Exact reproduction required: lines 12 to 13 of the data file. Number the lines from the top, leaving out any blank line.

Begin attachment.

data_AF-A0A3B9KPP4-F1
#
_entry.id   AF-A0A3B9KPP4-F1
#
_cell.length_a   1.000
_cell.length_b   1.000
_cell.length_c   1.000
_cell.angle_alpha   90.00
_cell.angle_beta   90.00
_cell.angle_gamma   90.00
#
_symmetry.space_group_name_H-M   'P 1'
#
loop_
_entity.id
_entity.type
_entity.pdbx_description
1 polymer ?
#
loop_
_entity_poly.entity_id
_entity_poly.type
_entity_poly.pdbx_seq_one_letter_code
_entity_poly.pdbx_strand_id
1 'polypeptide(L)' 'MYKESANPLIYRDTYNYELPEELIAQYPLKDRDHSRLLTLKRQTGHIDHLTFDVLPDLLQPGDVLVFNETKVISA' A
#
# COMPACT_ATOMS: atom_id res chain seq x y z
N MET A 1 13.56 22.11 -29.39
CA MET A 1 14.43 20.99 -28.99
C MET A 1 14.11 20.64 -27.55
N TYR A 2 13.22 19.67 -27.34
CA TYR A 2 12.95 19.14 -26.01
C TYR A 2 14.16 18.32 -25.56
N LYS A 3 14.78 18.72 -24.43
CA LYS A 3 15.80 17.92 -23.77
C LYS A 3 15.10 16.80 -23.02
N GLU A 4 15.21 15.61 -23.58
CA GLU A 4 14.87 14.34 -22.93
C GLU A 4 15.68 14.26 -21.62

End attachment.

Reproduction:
_symmetry.space_group_name_H-M   'P 1'
#